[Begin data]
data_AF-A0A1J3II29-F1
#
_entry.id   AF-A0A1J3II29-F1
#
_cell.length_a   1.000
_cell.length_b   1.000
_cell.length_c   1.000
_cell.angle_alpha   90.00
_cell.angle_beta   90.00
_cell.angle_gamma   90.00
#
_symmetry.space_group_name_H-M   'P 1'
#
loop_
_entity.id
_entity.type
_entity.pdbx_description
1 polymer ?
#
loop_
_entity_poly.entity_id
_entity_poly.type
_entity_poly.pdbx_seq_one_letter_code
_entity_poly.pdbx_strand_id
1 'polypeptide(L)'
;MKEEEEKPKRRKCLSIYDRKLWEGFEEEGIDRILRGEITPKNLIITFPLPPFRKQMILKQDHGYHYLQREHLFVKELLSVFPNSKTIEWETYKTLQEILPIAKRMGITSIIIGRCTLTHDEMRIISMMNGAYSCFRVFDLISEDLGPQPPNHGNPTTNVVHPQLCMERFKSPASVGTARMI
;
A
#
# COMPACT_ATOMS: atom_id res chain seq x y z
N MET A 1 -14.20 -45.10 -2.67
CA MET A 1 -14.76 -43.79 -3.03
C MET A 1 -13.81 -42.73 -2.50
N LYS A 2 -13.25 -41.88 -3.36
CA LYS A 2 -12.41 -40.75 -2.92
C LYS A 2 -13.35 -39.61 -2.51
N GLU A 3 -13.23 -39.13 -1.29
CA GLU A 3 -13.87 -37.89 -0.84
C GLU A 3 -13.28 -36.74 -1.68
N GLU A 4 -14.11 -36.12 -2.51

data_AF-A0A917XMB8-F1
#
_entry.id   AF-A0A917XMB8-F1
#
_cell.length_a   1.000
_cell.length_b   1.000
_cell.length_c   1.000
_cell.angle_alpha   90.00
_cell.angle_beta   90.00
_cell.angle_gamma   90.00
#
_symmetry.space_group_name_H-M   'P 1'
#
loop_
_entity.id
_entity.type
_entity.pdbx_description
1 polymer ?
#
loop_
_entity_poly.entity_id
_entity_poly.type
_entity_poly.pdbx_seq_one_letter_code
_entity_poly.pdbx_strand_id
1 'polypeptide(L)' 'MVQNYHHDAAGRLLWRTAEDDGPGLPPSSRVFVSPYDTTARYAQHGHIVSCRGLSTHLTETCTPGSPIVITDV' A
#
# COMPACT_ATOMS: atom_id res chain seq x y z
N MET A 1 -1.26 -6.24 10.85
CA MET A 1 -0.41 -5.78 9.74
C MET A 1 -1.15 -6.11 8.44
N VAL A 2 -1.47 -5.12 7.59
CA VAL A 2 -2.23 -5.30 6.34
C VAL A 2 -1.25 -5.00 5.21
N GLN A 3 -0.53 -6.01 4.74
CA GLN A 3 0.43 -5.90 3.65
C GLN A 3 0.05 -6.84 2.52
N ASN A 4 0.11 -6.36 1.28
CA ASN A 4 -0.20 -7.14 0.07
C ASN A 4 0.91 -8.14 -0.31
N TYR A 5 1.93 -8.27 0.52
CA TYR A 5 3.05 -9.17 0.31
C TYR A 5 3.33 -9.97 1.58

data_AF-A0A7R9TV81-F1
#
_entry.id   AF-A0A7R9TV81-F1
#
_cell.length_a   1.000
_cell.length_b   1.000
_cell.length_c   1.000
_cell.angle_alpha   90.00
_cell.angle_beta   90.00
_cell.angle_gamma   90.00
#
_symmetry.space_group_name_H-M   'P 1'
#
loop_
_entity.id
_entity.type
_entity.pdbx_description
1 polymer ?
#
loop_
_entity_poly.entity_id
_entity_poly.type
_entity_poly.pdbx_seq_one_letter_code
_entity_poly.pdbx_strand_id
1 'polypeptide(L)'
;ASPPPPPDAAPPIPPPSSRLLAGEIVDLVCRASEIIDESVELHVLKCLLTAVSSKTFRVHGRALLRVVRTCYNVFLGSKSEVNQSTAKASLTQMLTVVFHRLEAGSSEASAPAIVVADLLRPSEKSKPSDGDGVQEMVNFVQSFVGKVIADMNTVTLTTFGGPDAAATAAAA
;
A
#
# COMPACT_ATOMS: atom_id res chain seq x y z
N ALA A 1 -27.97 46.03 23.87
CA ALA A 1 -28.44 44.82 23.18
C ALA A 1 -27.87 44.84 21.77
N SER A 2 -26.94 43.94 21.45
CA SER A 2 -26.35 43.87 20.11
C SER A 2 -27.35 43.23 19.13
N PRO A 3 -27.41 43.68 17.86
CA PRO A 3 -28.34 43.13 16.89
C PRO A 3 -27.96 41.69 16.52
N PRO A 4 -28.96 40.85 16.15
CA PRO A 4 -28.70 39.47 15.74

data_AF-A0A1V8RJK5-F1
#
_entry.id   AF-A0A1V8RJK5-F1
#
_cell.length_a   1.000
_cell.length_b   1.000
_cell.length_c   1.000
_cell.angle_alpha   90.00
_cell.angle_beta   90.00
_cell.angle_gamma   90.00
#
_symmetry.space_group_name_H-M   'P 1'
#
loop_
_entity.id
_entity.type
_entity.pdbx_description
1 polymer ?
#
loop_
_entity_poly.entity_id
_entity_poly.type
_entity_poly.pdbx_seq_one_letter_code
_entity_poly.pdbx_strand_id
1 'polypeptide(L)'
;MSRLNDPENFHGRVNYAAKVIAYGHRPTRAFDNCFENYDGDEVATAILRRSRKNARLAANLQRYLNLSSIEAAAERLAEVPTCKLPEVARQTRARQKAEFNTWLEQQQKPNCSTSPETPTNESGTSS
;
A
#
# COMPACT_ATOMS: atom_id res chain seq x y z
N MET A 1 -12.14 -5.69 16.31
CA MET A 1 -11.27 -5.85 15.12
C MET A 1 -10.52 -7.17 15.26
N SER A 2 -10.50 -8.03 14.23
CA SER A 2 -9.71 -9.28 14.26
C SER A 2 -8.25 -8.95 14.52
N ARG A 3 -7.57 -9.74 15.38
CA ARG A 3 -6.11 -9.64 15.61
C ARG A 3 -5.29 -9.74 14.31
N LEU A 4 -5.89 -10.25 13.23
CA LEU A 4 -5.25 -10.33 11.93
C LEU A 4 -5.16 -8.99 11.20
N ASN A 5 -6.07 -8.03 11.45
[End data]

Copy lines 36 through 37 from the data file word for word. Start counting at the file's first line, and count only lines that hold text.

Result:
C LYS A 2 -13.35 -39.61 -2.51
N GLU A 3 -13.23 -39.13 -1.29